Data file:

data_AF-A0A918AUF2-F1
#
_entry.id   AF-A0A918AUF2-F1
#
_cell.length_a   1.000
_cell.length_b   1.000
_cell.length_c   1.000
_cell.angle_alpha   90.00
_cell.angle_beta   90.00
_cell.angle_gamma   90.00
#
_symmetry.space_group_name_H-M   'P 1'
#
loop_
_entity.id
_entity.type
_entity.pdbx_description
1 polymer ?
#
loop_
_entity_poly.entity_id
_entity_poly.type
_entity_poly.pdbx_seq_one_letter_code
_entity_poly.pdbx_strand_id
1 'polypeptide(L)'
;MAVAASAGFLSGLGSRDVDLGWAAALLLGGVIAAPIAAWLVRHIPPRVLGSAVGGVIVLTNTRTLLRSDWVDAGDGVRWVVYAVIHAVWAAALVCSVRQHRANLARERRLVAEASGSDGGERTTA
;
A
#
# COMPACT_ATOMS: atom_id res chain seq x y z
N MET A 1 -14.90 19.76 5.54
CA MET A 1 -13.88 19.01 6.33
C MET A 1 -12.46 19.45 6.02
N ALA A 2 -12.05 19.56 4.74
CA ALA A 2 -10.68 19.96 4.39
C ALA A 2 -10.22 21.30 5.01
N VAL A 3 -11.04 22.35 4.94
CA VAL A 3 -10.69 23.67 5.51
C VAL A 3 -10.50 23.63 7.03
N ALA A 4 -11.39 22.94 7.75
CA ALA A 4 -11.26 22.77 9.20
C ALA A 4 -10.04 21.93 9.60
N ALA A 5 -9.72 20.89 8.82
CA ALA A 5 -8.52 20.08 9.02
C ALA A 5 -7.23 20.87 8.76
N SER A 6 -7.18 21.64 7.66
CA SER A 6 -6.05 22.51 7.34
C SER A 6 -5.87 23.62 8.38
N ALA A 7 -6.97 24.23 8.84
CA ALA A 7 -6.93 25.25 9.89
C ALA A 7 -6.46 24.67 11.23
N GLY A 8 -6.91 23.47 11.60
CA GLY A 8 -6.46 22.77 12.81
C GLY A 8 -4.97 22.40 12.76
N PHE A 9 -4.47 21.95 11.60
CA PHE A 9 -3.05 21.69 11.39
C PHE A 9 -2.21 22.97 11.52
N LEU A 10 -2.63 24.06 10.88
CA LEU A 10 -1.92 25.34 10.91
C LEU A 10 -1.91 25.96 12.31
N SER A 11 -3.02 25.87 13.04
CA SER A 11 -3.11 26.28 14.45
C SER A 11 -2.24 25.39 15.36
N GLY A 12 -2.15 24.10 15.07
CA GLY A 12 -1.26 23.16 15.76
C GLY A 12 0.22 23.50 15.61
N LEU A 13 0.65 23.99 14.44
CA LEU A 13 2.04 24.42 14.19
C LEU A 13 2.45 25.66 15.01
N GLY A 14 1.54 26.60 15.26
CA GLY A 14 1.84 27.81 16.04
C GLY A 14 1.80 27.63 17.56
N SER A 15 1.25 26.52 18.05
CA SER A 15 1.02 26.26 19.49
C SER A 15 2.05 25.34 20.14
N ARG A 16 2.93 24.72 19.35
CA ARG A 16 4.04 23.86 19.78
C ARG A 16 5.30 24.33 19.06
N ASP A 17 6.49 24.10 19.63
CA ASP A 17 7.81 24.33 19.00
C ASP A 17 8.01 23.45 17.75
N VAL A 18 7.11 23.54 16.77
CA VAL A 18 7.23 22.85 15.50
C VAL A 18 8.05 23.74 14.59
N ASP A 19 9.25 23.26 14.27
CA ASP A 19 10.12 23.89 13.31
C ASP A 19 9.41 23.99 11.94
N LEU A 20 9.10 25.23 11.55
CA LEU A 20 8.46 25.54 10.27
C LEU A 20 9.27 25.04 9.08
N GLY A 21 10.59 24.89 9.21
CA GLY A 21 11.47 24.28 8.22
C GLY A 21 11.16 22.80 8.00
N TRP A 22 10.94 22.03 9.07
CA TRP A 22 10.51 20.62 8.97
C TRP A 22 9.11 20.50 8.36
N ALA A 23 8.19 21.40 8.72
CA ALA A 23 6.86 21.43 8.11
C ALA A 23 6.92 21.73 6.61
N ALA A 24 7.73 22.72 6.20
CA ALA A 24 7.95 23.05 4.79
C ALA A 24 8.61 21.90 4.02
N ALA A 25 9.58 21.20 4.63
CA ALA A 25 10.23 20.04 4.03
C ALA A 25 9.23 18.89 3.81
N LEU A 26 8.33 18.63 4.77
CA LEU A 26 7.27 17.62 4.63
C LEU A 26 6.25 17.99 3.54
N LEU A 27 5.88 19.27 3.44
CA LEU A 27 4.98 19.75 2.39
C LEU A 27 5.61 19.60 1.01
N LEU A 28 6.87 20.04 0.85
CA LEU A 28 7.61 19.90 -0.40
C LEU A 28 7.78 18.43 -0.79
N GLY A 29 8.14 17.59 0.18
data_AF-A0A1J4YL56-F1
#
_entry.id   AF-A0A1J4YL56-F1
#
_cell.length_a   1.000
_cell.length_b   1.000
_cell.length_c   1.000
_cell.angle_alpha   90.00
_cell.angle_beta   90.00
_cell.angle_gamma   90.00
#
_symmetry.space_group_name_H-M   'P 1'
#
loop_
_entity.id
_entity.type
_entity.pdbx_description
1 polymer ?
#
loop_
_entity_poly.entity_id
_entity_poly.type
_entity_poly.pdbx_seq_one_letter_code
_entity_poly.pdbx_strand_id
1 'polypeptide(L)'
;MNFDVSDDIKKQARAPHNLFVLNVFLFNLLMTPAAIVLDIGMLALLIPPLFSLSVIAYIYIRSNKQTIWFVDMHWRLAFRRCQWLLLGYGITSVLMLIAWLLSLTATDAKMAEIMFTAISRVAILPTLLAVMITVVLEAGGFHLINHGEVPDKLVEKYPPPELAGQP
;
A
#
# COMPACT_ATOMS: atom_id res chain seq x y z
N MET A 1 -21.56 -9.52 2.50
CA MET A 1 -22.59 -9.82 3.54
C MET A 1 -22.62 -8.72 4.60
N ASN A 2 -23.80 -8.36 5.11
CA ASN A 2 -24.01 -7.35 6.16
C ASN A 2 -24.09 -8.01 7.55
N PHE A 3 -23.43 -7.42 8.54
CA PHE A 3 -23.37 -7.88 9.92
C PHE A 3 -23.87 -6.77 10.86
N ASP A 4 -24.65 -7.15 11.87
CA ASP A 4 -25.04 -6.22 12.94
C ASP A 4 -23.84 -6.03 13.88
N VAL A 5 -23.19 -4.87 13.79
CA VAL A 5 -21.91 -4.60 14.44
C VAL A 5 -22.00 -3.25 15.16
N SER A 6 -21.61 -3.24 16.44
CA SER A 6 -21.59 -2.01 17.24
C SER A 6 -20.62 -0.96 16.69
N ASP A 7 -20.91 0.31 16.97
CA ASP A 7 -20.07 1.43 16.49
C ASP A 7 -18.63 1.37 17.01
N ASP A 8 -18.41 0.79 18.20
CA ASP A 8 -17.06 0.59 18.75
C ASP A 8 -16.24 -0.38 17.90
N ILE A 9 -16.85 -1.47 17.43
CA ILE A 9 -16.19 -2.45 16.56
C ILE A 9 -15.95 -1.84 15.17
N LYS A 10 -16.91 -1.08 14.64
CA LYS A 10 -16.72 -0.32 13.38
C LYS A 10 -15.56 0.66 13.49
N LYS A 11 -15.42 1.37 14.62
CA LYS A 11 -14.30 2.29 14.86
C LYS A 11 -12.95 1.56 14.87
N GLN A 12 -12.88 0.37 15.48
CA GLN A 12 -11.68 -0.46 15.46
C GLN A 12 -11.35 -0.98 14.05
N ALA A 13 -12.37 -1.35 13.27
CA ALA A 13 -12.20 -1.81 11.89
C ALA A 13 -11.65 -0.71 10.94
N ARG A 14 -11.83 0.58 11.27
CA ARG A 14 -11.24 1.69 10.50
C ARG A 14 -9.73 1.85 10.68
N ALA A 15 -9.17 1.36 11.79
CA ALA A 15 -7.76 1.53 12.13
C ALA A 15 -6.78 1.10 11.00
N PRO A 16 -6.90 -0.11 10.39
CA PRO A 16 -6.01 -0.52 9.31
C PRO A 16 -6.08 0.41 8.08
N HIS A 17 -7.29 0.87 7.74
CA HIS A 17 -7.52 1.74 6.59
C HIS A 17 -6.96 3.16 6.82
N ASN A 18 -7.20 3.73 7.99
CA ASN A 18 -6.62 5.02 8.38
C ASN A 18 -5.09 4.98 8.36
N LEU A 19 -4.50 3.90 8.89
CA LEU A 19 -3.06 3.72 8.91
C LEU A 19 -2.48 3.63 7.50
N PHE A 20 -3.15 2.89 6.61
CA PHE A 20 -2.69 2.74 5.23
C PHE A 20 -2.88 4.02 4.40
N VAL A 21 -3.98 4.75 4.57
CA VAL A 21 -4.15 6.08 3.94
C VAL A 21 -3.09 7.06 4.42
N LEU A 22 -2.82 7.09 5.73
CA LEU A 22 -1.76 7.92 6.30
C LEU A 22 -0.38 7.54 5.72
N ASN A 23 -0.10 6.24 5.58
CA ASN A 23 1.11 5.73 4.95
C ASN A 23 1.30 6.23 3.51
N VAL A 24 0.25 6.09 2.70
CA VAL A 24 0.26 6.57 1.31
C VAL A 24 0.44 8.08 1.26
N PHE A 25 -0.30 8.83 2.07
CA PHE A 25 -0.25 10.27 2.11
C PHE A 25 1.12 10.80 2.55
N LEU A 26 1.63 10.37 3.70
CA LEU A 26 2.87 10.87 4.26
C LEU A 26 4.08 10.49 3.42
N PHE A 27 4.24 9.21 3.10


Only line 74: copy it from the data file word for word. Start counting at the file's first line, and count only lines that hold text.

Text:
CA SER A 15 1.02 26.26 19.49